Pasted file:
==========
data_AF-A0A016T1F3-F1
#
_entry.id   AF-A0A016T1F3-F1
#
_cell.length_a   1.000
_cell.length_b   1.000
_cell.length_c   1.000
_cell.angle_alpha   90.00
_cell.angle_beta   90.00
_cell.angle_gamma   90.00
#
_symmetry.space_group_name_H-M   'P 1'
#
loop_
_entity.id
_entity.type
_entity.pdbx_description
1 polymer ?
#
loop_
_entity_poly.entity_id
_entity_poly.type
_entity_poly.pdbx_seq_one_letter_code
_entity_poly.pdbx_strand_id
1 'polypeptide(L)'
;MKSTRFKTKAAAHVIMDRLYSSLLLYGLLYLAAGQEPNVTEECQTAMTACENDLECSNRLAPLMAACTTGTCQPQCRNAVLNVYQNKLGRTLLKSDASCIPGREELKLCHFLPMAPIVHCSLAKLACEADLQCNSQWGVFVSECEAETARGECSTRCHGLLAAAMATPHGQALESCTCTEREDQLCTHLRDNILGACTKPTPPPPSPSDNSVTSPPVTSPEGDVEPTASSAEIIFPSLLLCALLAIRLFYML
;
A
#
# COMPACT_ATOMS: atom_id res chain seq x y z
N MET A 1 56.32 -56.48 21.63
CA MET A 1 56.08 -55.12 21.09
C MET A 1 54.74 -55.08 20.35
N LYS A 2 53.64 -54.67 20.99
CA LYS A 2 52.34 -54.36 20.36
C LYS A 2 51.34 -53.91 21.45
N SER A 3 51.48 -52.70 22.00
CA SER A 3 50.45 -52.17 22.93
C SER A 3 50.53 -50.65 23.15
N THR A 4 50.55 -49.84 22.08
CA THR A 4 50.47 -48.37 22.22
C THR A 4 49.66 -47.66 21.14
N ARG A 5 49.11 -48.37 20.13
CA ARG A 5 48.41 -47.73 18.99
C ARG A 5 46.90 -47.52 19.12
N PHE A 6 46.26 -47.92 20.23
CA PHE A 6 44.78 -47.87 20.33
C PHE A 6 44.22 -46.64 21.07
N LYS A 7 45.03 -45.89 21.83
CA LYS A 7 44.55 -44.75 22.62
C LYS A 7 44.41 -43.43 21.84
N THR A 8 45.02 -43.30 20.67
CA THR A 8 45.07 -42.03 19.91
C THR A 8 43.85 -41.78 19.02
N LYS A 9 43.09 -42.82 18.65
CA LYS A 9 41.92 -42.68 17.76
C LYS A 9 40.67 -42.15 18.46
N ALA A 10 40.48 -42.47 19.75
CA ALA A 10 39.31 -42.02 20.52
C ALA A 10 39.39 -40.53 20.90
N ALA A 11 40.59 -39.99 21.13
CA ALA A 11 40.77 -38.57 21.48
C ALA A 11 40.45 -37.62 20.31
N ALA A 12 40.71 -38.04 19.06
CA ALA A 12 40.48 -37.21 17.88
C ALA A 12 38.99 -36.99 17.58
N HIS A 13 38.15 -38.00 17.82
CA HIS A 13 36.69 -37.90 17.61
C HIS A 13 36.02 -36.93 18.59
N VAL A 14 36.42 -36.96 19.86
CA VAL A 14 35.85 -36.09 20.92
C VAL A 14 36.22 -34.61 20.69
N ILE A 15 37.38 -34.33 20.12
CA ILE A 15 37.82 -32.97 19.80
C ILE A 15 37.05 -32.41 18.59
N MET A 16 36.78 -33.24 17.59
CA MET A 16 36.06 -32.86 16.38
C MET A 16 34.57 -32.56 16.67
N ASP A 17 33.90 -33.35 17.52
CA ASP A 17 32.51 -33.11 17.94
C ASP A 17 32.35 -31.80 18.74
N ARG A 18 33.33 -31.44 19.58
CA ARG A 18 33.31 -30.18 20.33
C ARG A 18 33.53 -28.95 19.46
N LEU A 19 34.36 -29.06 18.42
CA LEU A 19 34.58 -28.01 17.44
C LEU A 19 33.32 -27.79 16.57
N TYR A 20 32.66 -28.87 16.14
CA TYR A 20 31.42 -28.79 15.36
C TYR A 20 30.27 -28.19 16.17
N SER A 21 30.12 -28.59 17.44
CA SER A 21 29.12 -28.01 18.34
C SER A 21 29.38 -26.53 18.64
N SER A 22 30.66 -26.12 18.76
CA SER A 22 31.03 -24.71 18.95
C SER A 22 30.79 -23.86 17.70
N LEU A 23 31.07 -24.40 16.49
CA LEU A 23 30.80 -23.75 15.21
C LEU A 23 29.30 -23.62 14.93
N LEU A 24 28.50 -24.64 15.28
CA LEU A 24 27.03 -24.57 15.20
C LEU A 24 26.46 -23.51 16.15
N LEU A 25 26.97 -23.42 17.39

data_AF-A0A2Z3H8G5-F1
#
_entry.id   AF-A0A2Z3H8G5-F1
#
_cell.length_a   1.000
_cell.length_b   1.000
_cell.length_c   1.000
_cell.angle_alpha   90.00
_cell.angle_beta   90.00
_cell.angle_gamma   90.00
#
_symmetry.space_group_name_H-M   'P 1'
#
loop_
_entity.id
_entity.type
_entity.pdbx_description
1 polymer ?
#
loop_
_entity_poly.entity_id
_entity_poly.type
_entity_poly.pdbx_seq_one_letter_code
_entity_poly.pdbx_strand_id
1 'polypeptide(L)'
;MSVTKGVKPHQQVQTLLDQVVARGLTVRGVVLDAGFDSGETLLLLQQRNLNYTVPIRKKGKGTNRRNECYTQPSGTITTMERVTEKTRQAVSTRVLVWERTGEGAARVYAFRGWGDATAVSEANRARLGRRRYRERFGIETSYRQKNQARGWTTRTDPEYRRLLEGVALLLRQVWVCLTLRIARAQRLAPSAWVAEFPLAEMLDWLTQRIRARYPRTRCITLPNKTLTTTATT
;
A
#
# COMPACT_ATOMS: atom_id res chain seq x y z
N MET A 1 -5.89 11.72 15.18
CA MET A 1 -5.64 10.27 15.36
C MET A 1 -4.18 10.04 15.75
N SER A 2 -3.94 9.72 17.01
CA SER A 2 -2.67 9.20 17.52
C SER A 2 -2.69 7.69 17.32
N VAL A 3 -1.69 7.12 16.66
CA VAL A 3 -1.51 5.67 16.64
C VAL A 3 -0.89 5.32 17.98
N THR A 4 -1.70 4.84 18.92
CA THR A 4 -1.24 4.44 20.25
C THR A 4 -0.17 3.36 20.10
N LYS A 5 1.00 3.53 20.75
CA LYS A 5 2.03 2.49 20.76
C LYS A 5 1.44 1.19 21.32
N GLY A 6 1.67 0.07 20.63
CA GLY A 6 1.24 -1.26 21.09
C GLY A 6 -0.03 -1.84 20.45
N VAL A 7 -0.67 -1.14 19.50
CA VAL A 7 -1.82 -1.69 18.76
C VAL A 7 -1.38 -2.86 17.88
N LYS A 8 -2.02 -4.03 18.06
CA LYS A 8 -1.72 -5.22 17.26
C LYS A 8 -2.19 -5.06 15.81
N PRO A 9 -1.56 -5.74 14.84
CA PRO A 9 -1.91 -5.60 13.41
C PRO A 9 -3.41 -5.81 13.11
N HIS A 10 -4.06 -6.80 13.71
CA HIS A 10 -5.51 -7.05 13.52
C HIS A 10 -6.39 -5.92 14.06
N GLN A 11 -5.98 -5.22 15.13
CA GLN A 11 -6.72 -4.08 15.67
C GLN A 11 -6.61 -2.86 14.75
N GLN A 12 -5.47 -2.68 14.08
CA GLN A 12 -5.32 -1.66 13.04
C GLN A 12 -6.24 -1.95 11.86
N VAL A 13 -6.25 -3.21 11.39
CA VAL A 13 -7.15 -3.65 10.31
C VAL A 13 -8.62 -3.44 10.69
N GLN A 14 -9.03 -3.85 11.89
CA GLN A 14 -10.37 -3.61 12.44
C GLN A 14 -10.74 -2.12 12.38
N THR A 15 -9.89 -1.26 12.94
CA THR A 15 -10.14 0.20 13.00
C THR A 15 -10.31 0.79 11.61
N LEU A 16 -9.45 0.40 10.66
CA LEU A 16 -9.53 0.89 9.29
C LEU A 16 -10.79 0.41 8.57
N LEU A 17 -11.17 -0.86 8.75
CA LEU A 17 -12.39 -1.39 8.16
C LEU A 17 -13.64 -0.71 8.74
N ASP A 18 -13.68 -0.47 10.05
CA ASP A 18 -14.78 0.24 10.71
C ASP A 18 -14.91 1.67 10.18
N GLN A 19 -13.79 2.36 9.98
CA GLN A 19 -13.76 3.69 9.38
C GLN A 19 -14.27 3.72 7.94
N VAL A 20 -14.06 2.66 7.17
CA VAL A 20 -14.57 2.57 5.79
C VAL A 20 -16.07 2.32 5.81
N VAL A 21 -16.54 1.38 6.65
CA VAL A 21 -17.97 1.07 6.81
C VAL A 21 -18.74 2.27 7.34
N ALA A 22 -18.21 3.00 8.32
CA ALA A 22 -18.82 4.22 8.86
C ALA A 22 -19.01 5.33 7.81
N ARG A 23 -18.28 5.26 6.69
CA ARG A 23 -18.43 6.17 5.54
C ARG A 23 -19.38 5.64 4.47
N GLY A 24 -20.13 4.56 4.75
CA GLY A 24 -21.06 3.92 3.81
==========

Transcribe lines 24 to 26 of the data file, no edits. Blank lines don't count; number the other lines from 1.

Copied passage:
_entity_poly.pdbx_strand_id
1 'polypeptide(L)'
;MKSTRFKTKAAAHVIMDRLYSSLLLYGLLYLAAGQEPNVTEECQTAMTACENDLECSNRLAPLMAACTTGTCQPQCRNAVLNVYQNKLGRTLLKSDASCIPGREELKLCHFLPMAPIVHCSLAKLACEADLQCNSQWGVFVSECEAETARGECSTRCHGLLAAAMATPHGQALESCTCTEREDQLCTHLRDNILGACTKPTPPPPSPSDNSVTSPPVTSPEGDVEPTASSAEIIFPSLLLCALLAIRLFYML